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Furnishing the EPA’s Environment

Monday September 28th, 2015   •   Posted by Craig Eyermann at 6:21am PDT   •  

15750931_S The U.S. Environmental Protection Agency has a lot of problems.

For instance, the federal government department has had to tell its employees to stop defecating in its office hallways. The agency’s top expert on climate change is currently serving time in federal prison for collecting a paycheck for years without actually doing any work. And, of course, its workers disregarded all warnings and polluted a river with toxic contaminants this past summer, as the agency’s director, Gina McCarthy, is increasingly faced with calls for her impeachment for gross negligence and other misconduct.

As you might imagine, these things could make the EPA a dreary place to work, if not for one thing: new, high-end office furniture! Kellan Howell of the Washington Times reports on a previously unknown perk of being a bureaucrat at a troubled government agency:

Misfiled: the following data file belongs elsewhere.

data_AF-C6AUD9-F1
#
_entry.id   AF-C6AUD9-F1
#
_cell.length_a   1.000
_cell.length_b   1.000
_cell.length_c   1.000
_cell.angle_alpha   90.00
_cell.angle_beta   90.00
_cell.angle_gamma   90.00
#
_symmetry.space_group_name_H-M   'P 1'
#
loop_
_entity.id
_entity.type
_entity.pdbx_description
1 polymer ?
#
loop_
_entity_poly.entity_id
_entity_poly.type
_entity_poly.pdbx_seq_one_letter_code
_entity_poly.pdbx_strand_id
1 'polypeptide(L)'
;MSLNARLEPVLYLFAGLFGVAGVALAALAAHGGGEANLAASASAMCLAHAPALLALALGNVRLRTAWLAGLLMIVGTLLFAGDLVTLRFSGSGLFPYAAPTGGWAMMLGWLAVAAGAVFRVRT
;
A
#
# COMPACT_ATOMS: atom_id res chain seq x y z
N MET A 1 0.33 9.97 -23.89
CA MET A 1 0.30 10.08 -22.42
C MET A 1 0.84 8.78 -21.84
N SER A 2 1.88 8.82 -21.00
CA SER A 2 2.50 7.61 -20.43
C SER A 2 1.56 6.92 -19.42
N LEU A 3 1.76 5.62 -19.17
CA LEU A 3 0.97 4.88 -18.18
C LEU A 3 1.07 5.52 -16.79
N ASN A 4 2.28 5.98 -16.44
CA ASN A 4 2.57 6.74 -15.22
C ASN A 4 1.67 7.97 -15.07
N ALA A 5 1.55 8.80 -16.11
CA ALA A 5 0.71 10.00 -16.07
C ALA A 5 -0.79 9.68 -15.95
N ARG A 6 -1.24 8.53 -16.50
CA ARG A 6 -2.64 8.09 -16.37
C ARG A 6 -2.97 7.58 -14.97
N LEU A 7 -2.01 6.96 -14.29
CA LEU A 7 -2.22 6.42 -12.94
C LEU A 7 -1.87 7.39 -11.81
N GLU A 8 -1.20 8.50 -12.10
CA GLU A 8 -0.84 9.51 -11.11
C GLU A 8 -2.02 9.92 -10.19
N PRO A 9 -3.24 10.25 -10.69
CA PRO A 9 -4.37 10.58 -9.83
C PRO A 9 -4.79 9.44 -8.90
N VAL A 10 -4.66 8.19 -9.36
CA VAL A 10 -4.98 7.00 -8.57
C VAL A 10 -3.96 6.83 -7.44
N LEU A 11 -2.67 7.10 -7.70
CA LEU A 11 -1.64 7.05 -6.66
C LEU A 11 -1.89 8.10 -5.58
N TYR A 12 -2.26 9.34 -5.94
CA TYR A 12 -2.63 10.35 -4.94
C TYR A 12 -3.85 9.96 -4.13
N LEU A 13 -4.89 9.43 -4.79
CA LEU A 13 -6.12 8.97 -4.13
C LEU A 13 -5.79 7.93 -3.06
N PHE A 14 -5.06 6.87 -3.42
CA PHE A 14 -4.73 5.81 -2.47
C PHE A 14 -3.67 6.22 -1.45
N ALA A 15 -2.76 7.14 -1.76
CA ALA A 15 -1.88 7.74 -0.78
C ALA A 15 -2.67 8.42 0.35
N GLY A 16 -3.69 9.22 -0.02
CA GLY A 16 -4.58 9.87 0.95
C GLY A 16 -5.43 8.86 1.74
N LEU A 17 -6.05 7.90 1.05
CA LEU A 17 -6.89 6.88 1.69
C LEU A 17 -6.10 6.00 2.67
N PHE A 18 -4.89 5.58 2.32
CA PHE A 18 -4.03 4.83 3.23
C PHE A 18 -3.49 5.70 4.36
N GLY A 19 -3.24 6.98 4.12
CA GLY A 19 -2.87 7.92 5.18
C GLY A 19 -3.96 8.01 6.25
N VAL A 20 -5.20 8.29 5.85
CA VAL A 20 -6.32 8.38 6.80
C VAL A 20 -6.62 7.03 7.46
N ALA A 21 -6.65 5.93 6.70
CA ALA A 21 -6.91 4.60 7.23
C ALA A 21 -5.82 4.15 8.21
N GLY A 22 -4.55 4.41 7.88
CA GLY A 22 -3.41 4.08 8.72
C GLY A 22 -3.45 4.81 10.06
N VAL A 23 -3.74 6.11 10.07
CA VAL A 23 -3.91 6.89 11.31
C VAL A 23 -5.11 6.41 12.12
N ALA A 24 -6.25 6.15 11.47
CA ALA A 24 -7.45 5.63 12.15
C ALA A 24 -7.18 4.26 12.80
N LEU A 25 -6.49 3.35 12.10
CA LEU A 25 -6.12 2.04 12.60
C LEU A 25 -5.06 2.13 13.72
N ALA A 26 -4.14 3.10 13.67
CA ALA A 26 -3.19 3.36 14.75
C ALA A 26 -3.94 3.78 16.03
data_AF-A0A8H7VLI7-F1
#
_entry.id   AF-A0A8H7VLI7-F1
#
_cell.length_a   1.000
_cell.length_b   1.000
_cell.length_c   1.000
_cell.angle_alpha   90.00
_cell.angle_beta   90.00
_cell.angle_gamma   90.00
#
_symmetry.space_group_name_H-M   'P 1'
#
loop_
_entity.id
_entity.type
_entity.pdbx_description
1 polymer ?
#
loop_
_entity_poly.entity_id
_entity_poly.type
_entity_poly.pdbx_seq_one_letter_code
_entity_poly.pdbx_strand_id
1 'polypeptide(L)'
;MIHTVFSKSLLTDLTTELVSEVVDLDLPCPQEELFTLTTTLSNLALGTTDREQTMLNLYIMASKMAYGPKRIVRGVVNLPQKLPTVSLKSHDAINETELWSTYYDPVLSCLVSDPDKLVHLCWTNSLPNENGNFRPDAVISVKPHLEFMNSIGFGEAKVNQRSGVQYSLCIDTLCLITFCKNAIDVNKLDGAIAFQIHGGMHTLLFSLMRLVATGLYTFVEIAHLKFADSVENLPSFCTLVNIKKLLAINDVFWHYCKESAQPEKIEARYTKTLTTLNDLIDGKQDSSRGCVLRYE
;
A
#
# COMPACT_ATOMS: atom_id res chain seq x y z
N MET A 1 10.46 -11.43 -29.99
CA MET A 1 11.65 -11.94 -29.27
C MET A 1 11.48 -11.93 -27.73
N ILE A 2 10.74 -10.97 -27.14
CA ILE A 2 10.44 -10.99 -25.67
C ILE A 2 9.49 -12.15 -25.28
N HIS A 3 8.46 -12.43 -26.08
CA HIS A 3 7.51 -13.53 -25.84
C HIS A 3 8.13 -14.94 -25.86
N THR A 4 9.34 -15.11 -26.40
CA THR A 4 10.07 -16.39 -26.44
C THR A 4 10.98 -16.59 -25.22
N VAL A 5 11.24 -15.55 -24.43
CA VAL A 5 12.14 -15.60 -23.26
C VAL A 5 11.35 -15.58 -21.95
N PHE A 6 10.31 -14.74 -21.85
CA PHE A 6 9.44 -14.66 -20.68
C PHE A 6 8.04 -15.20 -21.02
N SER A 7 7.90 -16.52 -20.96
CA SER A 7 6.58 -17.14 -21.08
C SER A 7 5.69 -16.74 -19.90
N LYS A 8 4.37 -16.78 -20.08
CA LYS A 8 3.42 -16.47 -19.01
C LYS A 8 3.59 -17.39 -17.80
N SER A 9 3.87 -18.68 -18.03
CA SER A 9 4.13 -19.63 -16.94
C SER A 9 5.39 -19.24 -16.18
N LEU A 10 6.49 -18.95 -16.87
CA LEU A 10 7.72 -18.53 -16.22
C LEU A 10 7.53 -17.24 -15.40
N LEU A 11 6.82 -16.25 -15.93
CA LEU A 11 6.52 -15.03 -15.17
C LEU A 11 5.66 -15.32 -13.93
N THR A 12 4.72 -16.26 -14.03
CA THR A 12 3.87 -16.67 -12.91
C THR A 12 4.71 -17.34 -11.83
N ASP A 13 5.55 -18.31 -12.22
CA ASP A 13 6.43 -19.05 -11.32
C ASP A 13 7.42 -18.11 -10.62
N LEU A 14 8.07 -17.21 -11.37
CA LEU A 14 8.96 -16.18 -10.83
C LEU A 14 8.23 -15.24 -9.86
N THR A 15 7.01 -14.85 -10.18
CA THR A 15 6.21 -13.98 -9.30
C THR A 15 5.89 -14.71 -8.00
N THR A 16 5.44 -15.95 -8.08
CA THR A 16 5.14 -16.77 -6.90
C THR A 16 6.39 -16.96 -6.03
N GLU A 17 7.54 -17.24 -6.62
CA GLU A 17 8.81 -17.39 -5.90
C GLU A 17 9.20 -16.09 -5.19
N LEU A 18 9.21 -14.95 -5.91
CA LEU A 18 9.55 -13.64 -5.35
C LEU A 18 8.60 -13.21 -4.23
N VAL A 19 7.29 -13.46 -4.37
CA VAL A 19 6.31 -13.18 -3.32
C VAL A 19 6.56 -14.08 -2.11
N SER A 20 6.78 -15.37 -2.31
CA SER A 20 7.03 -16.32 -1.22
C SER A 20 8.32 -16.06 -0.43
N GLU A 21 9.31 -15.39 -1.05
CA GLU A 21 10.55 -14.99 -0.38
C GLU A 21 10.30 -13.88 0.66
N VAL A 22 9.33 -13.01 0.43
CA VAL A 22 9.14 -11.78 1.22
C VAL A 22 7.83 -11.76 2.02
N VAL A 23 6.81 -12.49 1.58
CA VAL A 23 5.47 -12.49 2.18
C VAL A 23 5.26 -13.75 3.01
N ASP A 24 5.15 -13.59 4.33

The federal agency that has the job of protecting the environment doesn’t seem to have too much concern for trees, at least the ones cut down to make furniture.

The Environmental Protection Agency over the past decade has spent a whopping $92.4 million to purchase, rent, install and store office furniture ranging from fancy hickory chairs and a hexagonal wooden table, worth thousands of dollars each, to a simple drawer to store pencils that cost $813.57.

The furniture shopping sprees equaled about $6,000 for every one of the agency’s 15,492 employees, according to federal spending data made public by the government watchdog

When the bureaucrats who work at the EPA show up at work, they can and apparently do have their own personal environment brightened by sitting in their Herman Miller Aeron chairs beside their Knoll Executive desks. If not, they can always relax in the available Hayworth Galerie Lounge chairs and matching settees.

At least now we know whose environment the bureaucrats of the EPA are most out to enhance and protect. Americans such as the Navajo, who depend on water from the EPA-contaminated Animus River,are finding that EPA officials who might be looking out for them can be hard to find.

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September 2015